Since Rome II harmonises applicable law for tort even if the national court upholds jurisdiction on the basis of its residuary jurisdictional rules (such as here, given that Brussels I does not apply), this bridge between the various Regulations might resurrect the relevance of the Dumez France and Marinari limitations to the judgment in Bier.

Stewart J however was not swayed and referred to Sir Robert Nelson in Stilyanou:

  • Brussels 1 relates to a different subject matter, namely jurisdiction, and has to be construed as a separate regulation, albeit consistently with the other regulations forming part of the compatible set of measures.
  • Rome II does not abolish the discretion which has to be exercised under the CPR in relation to non Member States.
  • Article 2 on its face is wide enough to include any damage direct or indirect which the regulation as a whole covers. Article 4(1) expressly excludes indirect damage which would otherwise be included by virtue of Article 2. There is no reason why “damage” under the CPR should be interpreted as in a specific Article such as Article 4 which defines the applicable law, rather than interpreted as a general article such as Article 2 which applies to the regulation as a whole (apart from Article 4).
  • Inconsistencies in the meaning of damage may exist as the tests are different under Brussels 1, Rome II and CPR. The latter includes the exercise of the discretion and hence consideration of forum conveniens to ensure the proper place for the trial is selected, whereas Brussels 1 and Rome II do not.
  • Rome II does not concern jurisdiction and does not override CPR 9(a). Where Brussels I does not apply, the issue of jurisdiction will be governed by a country’s own rules ie. in England and Wales the CPR

Neither Stewart J nor Sir Robert refer to recital  7 Rome II however their arguments in my view are supported post their findings by the ECJ judgment in Kainz.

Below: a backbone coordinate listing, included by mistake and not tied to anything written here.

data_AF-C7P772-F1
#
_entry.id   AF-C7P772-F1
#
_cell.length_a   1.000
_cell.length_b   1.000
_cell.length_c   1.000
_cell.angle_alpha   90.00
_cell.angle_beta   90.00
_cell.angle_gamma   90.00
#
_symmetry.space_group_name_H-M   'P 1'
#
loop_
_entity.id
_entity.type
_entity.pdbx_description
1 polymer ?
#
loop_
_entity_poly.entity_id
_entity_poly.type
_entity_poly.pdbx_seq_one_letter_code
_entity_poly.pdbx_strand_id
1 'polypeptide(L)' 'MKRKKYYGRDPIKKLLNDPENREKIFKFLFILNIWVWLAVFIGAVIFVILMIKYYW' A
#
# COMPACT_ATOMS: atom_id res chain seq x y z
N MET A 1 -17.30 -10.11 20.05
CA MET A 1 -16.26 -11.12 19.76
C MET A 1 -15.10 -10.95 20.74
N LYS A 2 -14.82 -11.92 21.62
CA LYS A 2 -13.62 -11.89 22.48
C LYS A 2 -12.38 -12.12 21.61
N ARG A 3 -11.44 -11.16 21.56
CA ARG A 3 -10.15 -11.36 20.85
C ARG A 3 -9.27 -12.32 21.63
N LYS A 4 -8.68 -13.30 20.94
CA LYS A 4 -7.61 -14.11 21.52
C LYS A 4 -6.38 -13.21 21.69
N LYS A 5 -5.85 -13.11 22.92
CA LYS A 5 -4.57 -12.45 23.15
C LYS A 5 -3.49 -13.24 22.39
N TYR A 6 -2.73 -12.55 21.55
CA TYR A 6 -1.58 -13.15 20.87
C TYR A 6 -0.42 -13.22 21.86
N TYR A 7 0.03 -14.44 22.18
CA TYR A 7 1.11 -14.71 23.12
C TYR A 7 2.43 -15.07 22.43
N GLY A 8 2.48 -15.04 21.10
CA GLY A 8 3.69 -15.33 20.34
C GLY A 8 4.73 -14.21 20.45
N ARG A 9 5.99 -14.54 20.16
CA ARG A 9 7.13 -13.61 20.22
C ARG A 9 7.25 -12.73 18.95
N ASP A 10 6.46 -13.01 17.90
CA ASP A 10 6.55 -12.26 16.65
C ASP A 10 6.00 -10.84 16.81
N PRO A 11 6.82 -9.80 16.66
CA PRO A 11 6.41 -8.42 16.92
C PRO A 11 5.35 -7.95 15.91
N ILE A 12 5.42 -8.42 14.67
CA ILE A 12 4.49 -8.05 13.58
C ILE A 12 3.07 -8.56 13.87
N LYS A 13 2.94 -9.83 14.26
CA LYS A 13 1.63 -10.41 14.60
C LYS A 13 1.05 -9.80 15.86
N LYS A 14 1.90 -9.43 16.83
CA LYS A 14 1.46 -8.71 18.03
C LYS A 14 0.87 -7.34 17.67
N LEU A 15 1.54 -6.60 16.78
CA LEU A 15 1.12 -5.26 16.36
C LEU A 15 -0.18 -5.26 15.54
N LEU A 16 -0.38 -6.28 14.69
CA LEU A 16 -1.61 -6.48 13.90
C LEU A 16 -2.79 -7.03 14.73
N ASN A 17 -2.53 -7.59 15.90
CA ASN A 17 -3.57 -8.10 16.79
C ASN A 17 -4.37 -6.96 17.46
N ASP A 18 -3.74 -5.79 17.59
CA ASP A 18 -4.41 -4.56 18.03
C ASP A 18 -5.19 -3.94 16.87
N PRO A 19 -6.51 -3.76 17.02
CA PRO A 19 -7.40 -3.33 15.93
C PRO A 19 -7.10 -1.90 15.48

A very interesting case for many aspects of conflicts law.

Geert.

 

 

Liability for defective products and the relationship between Brussels I and Rome II. The ECJ in Kainz.

In Case C-45/13 Andreas Kainz v Pantherwerke AG, the ECJ held on the determination of locus delicti commissi, the place giving rise to the damage, in the case of defective products. It held this was the place where the product in question was manufactured. The special jurisdictional rules of Article 5 are in effect forum conveniens applications: they are intended to enable the court objectively best placed to determine whether the elements establishing the liability of the person sued are present, to assume jurisdiction. For product liability cases, this includes inter alia the possibility of gathering evidence in order to establish the defect in question.

Pantherwerke AG is an undertaking established in Germany which manufactures and sells bicycles. Mr Kainz,  resident in Salzburg, purchased a bicycle manufactured by Pantherwerke from Funbike GmbH, a company established in Austria. On 3 July 2009, while riding that bicycle in Germany, Mr Kainz suffered a fall and was thereby injured. The place of the event giving rise to the damage is, Mr Kainz claims, located in Austria as the bicycle was brought into circulation there, in the sense that the product was there made available to the end-user by way of commercial distribution.

Mr Kainz argued specifically that the Courts should take into account not only the interests of the proper administration of justice but also those of the person sustaining the damage, thereby enabling him to bring his action before a court of the Member State in which he is domiciled. The ECJ disagreed, at 20:

‘although it is apparent from recital 7 in the preamble to Regulation No 864/2007 that the European Union legislature sought to ensure consistency between Regulation No 44/2001, on the one hand, and the substantive scope and the provisions of Regulation No 864/2007, on the other, that does not mean, however, that the provisions of Regulation No 44/2001 must for that reason be interpreted in the light of the provisions of Regulation No 864/2007. The objective of consistency cannot, in any event, lead to the provisions of Regulation No 44/2001 being interpreted in a manner which is unconnected to the scheme and objectives pursued by that regulation.’

This is a statement I like a lot and have advocated for some time. In general, I find the link between applicable law and jurisdiction (often leading to Gleichlauf-type considerations; such as in Article 22’s exclusive jurisdictional rules) not very attractive.

Geert.